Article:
# CFX Build 5 question...

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 May 25, 2001, 11:34 CFX Build 5 question... #1 cfd guy Guest   Posts: n/a Hi everyone... I've been using CFX-4 for simulations, but recently we acquired the CFX-5 package here at the university for researches, so I'm a new user in this code. And I would like to know from you about the meshing aspects. Since we want to solve unstructured meshes in CFX-5, we must know how to generate the grid files for it. In BUILD 4, it is suggested to create as many blocks as your geometry requires, for avoiding future problems in convergence, etc... But in the BUILD 5, almost all tutorials examples works with one simple block (a B-REP Solid), generated by several surfaces. Why that? Is there some recommendation to avoid create multi-blocking, as I use to work with Build 4? I was trying to generate a multi-block grid in Build 5, but it failed when I tried to set up a interior wall (Thin surface) in the domain. I searched the manual and I found out how to create thin walls, but it seems that doesn't work with multi-blocks, since I must take care with domains and sub-domains fluids, which I suspect that I created them correctly. So, if anybody could supply me a hint, I'd be very thankful... Regards! cfd guy

 May 25, 2001, 14:24 Re: CFX Build 5 question... #2 B Malone Guest   Posts: n/a One block is all there is. Your domain will be made up of one or more B-rep solids. If your domain is simple try the default mesh parameters and work from there.

 May 27, 2001, 01:42 Re: CFX Build 5 question... #3 Dan Williams Guest   Posts: n/a Ahh, the joy of unstructured meshing. Basically you can throw out everything you know about multiblock meshing. You only need to get a single b-rep solid of your computational domain in order to generate a grid. The unstructured mesher simply meshes the surface representation (surface triangulation if you want to call it that) of your geometry, then uses that surface mesh to seed the creation of the entire volume mesh. No blocking is necessary, unless of course, as you mention you want to create thin surfaces. Make sure you read the sections of the manual on topolgy and understand them before proceeding to make thin surface problems, which require creating sub-domains. Dan.

 May 28, 2001, 07:35 Re: CFX Build 5 question... #4 cfd guy Guest   Posts: n/a Hi Mr. Williams, That's exactly the answer I was hoping for. As you said and I suspected, there's no need at all for multiblock grids, unless, as you also said, when it's necessary to work with thin surfaces. In fact, in one of my problems, I must work with a thin surface, and as suggested, I'll assume to create an extra block for the thin surface i.e. a fluid sub-domain. But, before performing any operations, I'll take a look at topologies section manual. Thanks for your help. Regards, cfd guy

 May 28, 2001, 18:20 Re: CFX Build 5 question... #5 Dan Williams Guest   Posts: n/a Hi, Thin surfaces have to be created on a bounding surface of a fluid subdomain. The main problem when trying to use fluid subdomains is figuring out how to get a b-rep with more than one 3d solid. Once you figure out the plan though, it's not too bad. Probably the main thing to keep in mind is that each solid region has to be bounded by "currently existing" surfaces. So, for example you can't simply create two XYZ solids and pick both of them to make a B-Rep. There are a couple of ways to do it right, but one way would be to create two XYZ solids, break one of them apart into surfaces, then delete the duplicate surface (where it would overlap with the first solid) and recreate a new solid out of the leftover surfaces plus the overlap surface on the first XYZ solid. Sort of convoluted (and inconvenient), but that's the way it is. It gets more tricky, or tedious ;-), if your geometry is complicated. Have fun. Dan.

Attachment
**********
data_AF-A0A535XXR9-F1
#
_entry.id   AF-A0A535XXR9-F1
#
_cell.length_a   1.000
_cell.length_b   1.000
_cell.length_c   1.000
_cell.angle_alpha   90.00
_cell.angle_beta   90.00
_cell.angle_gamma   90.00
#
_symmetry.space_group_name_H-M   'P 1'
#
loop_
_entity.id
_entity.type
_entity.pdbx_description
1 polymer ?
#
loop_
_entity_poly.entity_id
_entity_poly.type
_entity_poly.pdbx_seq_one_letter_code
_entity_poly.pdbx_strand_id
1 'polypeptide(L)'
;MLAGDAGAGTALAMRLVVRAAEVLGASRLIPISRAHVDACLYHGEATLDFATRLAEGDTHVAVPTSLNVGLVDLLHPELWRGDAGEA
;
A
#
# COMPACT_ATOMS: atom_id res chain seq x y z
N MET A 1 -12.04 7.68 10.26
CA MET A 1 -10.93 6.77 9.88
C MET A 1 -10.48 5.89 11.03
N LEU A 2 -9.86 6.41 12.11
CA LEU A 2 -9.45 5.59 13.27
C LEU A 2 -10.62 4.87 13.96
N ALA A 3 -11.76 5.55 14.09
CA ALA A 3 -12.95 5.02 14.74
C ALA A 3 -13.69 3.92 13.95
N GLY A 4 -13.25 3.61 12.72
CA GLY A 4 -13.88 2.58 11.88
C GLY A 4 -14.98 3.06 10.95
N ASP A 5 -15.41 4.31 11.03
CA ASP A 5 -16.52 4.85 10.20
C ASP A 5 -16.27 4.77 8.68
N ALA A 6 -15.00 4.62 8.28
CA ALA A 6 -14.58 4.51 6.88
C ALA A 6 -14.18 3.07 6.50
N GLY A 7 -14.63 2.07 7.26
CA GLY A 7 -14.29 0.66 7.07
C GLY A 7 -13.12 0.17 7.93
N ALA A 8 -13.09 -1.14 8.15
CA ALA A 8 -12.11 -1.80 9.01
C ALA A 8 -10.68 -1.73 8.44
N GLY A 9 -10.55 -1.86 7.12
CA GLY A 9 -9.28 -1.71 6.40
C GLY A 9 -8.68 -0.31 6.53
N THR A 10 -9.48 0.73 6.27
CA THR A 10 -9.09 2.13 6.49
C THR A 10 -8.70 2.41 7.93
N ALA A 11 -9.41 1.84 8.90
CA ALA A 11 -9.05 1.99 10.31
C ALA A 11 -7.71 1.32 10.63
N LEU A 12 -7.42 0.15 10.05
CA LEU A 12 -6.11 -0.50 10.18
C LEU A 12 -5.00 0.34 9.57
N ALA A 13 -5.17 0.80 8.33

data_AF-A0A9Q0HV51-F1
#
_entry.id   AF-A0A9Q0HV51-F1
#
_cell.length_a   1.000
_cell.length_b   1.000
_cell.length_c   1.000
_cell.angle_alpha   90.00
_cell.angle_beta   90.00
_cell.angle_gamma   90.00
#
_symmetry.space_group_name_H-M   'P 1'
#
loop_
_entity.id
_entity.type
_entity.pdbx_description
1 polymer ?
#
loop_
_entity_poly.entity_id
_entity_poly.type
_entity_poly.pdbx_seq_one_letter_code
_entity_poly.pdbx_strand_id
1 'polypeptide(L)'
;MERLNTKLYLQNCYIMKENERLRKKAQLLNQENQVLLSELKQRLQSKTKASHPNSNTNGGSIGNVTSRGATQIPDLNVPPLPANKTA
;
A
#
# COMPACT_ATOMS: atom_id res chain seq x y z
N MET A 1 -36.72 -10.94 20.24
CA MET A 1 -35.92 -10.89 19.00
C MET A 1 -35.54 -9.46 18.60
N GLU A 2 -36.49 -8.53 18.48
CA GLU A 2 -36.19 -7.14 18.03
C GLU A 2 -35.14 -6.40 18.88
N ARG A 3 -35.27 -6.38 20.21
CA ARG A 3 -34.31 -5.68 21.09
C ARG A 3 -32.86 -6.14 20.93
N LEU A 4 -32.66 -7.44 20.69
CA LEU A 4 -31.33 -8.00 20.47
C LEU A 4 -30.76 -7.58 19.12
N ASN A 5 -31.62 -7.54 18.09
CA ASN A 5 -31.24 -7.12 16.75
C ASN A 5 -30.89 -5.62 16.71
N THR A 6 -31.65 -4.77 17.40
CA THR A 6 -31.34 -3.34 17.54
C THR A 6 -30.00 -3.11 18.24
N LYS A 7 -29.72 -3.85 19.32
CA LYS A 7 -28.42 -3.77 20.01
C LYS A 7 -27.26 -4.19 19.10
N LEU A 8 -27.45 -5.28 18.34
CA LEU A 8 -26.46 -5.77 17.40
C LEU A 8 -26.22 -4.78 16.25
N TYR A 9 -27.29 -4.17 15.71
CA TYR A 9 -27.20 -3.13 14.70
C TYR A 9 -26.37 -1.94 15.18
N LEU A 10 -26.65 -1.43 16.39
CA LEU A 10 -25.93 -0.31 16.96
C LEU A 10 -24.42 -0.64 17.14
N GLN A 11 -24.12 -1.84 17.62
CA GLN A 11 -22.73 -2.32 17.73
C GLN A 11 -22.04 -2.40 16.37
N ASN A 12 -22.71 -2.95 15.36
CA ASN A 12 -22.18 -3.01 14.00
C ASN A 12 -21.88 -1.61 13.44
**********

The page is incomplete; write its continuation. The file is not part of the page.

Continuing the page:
May 30, 2001, 07:39 Re: CFX Build 5 question... #6 Stuart Orme Guest   Posts: n/a Hi I agree with Dan's comments, unstructured meshing and single or multi brep solid generation requires a different approach. However your previous experience of structured meshing will still be useful. One example of this is when a surface can not be used to generate a Brep solid. The surface may have poor topology and may be too curved. Often such a surface needs to be broken down into more simple surfaces which can then be used to generate a Brep. Its at times like these when I usually find older techniques become useful. 2 things I would recomend: 1) Have a practice on a very simple model geometry first, ie flow round a cube sitting on the ground. This will allow you to check out any methodology that you are unsure about and also test the concept of generating a thin surface. Using Breps, multiple B'reps, generating cuouts, using standard Blue solids within a model etc. 2) When generating your Brep always use the verify/surface option before trying to create your Brep. This will check all your surfaces and highlight any problems there may be and will in the long run save you time. Hope this helps, it can be a little frustrating to start with, but the general concept and mind set are much simplar and straight forward. Stuart

 June 19, 2001, 22:38 Re: CFX Build 5 question... #7 Robin Steed Guest   Posts: n/a With regards to the badly parameterized surfaces, there are facilities in Build to fix these. The Create|Surface|Composite function will take one or more surfaces and project new paramterization over the surface, basically by rotating the view and drawing horizontal and vertical lines across the screen. The only limitation is that the surface(s) must not have normals which are 180 degrees apart; the edges of a hemisphere, for example. That little trick has gotten me out of many binds.